This fall, Princeton faculty teaching “The Interdisciplinary Design Studio” are introducing 12 students to architectural and urban design issues to help build their critical thinking and design skills. Central to the course was a fall-break trip to Brazil where students gained firsthand experience of the topics discussed on campus.
Mario Gandelsonas, professor of architecture and the Class of 1913 Lecturer in Architecture, developed the course in conjunction with architecture and urbanism faculty from the University of São Paulo.
Design faculty from Princeton’s School of Architecture co-teach the studio with faculty across disciplines to expose students to the multiple forces within which design operates. This semester, Anthony Acciavatti, a Princeton Institute for International and Regional Studies/Princeton Mellon Fellow, is teaching alongside Gandelsonas, who also serves as a principal investigator for the Princeton Mellon Initiative in Architecture, Urbanism and the Humanities.
The course provides students, regardless of their major, an introduction to urban design and design-studio culture, as well as hands-on design experience. A requirement for the urban studies certificate, the studio offers a forum where undergraduates can develop research interests in multiyear sequences that might culminate in robust junior or senior independent work.
“Faculty and students have expressed increasing interest in the architectural studio model of learning," Gandelsonas said. "We’re employing it in this class as a way to bridge architecture, landscape, urbanism, the humanities and the environmental sciences in the exploration of the contemporary city.”
The course is supported by Princeton Environmental Institute’s Urban Grand Challenge, the Program in Latin American Studies, Vice Provost for International Affairs and Operations Anastasia Vrachnos, the Princeton Mellon Initiative in Architecture, Urbanism and the Humanities, and the School of Architecture.
Students describe their discoveries during the Brazil trip through photos and captions below.
While Brazil is known for its national vibrancy, it is also characterized by intense socioeconomic gaps. Those of European descent tend to be wealthy and live in luxury skyscrapers while the Afro-Brazilian population is widely afflicted by poverty. This photo highlights the juxtaposition of wealth (a privately owned helicopter) and poverty (a slum/favela) that governs São Paulo’s social and political dynamic. — Anna Marsh, Class of 2020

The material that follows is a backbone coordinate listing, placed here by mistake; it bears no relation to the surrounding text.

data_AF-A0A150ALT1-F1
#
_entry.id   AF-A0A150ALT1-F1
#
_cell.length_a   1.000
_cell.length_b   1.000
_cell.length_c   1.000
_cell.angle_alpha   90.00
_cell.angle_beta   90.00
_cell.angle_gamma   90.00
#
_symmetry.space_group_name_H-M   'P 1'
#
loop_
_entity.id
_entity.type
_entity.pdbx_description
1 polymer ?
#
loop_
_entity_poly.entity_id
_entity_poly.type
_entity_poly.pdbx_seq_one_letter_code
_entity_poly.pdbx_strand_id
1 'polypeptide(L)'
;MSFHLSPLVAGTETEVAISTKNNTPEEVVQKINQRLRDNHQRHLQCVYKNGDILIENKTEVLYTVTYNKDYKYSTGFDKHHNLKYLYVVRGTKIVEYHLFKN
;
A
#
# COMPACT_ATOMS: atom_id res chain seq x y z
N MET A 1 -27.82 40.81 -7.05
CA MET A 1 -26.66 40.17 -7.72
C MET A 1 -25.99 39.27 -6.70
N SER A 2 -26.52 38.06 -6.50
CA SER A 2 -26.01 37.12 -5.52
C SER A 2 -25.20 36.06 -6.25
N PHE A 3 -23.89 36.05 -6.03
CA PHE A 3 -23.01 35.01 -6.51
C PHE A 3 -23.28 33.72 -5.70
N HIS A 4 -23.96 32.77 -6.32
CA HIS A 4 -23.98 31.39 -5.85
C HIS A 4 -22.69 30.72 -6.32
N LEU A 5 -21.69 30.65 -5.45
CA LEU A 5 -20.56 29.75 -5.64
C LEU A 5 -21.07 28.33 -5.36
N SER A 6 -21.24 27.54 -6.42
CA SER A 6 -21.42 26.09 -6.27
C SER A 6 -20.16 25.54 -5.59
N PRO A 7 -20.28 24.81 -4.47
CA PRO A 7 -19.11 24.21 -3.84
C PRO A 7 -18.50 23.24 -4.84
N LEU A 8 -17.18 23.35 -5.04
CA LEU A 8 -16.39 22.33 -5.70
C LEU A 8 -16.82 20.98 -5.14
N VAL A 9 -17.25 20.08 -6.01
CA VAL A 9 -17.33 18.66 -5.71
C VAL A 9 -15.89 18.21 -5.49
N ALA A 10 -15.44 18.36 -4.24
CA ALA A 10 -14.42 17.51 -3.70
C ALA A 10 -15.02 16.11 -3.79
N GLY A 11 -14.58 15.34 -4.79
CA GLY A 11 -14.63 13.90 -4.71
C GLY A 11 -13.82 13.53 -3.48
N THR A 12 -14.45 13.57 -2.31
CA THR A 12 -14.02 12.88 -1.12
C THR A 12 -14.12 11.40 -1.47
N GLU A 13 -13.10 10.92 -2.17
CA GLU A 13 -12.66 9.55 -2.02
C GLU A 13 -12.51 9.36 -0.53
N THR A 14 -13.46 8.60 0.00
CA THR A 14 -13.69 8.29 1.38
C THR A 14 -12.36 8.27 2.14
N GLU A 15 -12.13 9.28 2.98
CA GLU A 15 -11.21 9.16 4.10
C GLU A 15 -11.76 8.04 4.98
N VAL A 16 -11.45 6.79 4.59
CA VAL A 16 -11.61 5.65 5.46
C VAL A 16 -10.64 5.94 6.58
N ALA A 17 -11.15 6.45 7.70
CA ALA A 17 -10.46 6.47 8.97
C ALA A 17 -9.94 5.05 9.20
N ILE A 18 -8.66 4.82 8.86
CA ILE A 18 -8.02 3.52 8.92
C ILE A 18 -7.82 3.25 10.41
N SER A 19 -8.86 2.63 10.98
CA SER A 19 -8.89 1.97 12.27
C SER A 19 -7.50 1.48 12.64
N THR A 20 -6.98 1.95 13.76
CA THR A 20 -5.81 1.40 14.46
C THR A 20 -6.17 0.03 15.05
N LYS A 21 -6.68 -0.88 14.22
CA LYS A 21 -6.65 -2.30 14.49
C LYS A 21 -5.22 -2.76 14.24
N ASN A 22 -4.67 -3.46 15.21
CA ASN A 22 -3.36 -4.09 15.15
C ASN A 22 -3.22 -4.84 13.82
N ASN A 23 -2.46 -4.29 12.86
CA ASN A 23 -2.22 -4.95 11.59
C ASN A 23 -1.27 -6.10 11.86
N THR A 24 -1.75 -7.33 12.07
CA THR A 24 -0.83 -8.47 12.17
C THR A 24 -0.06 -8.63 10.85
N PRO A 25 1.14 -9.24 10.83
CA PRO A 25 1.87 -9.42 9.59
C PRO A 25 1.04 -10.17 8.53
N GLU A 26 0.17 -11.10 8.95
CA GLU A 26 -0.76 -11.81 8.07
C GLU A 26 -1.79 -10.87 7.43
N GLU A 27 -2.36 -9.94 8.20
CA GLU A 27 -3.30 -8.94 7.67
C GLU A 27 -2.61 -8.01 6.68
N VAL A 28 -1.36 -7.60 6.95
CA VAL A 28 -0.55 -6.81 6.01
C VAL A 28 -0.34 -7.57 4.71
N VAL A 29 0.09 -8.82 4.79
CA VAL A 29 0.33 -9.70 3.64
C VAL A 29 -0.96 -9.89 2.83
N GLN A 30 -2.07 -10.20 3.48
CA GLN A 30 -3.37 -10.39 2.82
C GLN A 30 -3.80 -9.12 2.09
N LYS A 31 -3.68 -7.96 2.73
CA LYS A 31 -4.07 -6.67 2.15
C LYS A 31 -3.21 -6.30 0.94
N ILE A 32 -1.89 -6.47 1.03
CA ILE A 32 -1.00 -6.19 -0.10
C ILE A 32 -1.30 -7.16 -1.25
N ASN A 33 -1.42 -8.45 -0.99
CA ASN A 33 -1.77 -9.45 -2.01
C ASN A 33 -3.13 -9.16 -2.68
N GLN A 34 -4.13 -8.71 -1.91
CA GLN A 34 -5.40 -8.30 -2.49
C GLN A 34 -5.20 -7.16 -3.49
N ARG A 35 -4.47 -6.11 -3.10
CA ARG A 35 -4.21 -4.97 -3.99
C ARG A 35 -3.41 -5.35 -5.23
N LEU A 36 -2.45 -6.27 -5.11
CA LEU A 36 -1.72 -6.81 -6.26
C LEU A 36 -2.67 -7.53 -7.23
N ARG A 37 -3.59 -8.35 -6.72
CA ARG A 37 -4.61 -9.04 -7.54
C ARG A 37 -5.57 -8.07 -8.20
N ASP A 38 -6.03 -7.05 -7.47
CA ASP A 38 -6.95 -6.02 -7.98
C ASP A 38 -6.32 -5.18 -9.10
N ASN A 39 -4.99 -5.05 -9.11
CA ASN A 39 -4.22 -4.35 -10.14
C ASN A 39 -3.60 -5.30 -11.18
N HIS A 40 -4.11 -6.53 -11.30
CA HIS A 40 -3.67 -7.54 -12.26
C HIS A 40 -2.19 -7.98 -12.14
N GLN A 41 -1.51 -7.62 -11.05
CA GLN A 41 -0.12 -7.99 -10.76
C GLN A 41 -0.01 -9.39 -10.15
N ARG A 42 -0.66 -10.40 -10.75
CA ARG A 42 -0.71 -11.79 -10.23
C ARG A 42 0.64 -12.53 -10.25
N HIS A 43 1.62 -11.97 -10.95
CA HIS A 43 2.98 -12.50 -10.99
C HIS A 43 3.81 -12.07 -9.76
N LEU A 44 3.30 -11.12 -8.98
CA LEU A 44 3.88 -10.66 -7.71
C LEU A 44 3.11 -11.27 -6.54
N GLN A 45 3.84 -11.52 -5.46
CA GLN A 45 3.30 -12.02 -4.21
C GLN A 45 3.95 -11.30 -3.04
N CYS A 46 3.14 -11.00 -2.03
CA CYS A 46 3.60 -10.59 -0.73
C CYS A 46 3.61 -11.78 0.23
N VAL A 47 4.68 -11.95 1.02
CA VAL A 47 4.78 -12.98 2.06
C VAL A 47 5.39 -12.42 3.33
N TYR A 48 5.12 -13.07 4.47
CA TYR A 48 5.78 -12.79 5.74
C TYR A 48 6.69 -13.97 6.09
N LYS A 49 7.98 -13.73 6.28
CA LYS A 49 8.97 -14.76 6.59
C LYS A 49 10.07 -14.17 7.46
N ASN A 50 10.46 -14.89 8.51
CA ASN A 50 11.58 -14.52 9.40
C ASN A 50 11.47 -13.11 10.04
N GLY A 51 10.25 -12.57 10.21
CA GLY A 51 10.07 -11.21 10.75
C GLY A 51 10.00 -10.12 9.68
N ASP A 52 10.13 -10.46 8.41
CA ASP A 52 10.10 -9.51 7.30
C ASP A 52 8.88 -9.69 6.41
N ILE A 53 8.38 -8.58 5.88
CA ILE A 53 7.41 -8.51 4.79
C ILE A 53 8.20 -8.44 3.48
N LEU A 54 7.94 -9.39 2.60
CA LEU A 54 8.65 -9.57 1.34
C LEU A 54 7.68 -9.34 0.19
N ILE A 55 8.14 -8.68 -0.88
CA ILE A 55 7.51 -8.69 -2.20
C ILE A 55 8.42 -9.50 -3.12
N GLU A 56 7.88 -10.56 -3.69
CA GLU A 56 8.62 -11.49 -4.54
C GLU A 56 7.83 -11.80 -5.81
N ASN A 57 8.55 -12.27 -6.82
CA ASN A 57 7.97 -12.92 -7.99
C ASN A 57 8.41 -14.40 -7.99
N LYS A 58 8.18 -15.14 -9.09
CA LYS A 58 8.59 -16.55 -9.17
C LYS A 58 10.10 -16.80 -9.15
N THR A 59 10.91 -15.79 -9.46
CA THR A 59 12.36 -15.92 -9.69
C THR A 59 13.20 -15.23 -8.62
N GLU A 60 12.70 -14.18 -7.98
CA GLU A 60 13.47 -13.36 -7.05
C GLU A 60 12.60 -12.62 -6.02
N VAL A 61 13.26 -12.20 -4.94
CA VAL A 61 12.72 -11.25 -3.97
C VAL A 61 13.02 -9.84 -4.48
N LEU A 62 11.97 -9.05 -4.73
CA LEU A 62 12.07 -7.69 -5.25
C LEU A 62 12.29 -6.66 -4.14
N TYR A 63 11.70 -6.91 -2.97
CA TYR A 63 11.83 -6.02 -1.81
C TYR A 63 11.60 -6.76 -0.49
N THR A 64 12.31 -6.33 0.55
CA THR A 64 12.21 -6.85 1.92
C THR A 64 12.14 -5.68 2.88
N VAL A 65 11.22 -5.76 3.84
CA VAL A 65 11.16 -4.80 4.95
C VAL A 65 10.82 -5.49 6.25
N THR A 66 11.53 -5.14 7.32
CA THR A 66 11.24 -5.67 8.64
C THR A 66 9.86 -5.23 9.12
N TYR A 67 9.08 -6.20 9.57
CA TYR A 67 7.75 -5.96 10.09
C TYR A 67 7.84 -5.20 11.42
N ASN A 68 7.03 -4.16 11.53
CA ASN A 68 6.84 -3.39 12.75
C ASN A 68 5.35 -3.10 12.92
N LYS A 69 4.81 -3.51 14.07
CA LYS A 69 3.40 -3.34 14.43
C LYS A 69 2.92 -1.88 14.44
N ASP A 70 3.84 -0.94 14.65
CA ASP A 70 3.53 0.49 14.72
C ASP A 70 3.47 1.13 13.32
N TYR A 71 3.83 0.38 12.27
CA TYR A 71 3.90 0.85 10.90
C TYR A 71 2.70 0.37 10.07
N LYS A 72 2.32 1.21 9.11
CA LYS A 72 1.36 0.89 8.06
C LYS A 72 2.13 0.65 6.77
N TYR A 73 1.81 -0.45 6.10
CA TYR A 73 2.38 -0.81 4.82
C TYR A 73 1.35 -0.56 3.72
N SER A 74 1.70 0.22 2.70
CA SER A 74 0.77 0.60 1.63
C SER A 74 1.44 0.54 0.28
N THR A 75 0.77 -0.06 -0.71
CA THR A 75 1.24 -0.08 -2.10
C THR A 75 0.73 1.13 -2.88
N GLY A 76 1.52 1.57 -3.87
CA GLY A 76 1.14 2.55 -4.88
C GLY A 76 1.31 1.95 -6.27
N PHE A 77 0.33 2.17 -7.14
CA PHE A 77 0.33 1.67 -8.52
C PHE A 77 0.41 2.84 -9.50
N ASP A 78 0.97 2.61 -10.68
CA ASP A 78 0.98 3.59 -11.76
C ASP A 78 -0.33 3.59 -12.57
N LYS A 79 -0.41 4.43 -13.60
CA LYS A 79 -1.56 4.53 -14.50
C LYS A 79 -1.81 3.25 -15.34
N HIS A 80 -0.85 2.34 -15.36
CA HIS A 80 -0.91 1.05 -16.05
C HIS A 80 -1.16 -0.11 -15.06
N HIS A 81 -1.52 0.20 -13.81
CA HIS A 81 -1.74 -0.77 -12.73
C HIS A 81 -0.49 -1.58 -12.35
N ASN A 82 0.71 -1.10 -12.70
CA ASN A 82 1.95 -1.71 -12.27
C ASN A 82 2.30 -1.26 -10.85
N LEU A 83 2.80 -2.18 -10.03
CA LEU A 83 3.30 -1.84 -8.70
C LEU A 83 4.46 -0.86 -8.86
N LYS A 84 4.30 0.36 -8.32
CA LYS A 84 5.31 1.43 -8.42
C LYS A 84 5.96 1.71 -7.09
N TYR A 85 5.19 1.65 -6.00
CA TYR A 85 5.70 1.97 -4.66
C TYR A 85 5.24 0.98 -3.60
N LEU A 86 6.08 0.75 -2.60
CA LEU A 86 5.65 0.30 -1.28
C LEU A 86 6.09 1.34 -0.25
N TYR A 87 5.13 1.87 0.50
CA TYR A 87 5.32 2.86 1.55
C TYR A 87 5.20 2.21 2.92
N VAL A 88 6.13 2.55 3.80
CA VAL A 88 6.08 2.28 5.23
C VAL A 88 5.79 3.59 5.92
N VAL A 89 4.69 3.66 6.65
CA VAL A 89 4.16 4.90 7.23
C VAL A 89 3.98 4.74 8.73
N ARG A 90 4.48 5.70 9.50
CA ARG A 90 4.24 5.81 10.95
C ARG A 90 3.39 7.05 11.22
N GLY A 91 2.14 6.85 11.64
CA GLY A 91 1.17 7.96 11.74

Students walk along ramps in São Paulo’s architecture school, FAU-USP. Designed in 1961 by João Batista Vilanova Artigas and Carlos Cascaldi, this structure is admired for its bare-boned brutalist style — providing the perfect canvas for students to paint the walls of the top floor as inspiration comes. — Casey Kemper, Class of 2020
In what looked like the middle of the jungle, our class explored the Lina Bo Bardi house that is raised high among the Brazilian trees. My image shows an awestruck classmate looking at the architectural wonder that lays hidden in São Paulo. We loved learning about Bo Bardi as a modernist architect and a public figure. — Iago Robertson-Lavalle, Class of 2021
São Paulo’s Rua 25 de Março is a massive discount shopping market filled with Brazilians looking for any product you could possibly imagine. We were completely overwhelmed by the crowds of people seemingly engulfing everything — the coconut stands, the cars, and even us. In that moment, I truly felt like I was standing in the center of Latin America’s largest megalopolis. — Isabel James, Class of 2019
Visitors are prohibited from visiting the Lina Bo Bardi house’s dining room — a detail that was brought to my attention quickly after I snapped this picture. This, for me, was one of the most remarkable moments in the house: the beauty of the surrounding landscape is brought into the house, blurring the line between interior and exterior spaces and contributing to an innovative and environmental architecture. — Anika Nishat, Class of 2019
This photo was taken from an apartment on one of the top floors of the Copan Building, a 38-story residential building in the downtown of the city. The view shows the diversity in the architecture of high-rises in São Paulo. — Joe Collins, Class of 2020
Because it is mostly constructed of concrete, the exterior of the SESC Pompeia seems smooth and monotonous. Placed in a rectilinear pattern along the outside are a few irregular shaped cutouts that peer into the building. As an outsider, observing from the ground level, the cutouts seemed tiny in comparison to the grandeur of the SESC itself. It wasn't until I made the trek to the top of the building (despite my crippling fear of heights) that I realized the magnitude of the portals. The cutouts created such a unique experience compared to that of normal windows, that I just had to take a picture. The gaping, almost organic hole in the wall provided a sweeping view of the city below, and allowed the wind to flow through my hair and carry smells from the outside world to my nose. Even though the dark interior contrasted so strongly with the bustling, bright city landscape outside, this window made me feel so much more connected to the city of São Paulo as a whole. — McKayla Tyrrell, Class of 2020
An old and mottled department store reflected from the new glass façade of SESC 24 de Maio, one of the cultural centers that stacks programs facilitating social well-being. The juxtaposition highlights a moment of incongruity in the imagery of a fast-developing megacity. SESC is also the target device for our third assignment of ARC 205. — Yunzi Shi, Class of 2020